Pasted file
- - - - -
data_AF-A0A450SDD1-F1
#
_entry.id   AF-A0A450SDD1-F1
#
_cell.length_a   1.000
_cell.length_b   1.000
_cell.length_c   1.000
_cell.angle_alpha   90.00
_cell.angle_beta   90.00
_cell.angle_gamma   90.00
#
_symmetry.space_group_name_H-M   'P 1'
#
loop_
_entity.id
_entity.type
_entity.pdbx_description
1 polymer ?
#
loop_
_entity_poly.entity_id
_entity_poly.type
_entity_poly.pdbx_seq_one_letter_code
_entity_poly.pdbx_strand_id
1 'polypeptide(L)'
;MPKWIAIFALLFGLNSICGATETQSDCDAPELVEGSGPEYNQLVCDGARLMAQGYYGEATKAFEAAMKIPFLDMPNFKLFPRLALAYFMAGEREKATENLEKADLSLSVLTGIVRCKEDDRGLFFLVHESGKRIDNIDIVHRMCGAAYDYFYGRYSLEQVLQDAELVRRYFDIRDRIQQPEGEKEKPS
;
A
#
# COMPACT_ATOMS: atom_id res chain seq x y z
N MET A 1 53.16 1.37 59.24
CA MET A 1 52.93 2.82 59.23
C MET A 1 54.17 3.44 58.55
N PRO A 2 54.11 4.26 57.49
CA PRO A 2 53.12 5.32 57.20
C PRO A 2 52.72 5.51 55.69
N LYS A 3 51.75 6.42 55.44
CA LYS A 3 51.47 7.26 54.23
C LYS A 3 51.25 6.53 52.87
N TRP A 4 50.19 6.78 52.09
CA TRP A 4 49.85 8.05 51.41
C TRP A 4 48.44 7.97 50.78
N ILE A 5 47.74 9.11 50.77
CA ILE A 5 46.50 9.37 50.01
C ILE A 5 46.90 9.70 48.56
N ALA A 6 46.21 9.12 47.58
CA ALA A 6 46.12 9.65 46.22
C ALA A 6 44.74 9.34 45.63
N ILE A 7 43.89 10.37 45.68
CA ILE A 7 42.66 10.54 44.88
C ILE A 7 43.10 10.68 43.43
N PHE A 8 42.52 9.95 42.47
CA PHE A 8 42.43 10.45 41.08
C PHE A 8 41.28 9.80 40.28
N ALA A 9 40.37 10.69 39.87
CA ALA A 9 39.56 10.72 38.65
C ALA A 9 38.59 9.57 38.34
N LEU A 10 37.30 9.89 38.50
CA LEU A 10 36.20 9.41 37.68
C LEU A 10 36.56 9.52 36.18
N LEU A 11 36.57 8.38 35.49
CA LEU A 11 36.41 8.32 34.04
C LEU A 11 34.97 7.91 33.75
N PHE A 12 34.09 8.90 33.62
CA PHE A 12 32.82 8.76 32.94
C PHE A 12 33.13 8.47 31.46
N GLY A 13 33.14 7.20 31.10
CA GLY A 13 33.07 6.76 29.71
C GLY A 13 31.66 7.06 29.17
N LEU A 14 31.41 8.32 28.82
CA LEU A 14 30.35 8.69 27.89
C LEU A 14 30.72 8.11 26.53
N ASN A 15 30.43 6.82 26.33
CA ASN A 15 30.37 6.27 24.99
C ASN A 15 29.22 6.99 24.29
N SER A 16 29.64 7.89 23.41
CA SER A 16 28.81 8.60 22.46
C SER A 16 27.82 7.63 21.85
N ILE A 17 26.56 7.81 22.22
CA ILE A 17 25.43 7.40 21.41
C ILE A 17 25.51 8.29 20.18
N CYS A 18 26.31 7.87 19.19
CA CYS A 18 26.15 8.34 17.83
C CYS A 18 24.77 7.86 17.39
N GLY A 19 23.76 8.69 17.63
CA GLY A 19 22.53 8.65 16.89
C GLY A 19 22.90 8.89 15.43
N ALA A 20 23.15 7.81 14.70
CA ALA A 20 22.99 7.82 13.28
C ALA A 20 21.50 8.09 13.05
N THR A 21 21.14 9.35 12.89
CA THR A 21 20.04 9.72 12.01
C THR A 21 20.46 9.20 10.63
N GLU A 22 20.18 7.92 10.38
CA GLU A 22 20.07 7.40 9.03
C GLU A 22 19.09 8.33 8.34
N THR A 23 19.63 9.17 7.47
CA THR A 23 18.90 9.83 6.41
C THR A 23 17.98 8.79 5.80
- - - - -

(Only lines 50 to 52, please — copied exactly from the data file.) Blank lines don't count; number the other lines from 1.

CA ILE A 7 42.66 10.54 44.88
C ILE A 7 43.10 10.68 43.43
N PHE A 8 42.52 9.95 42.47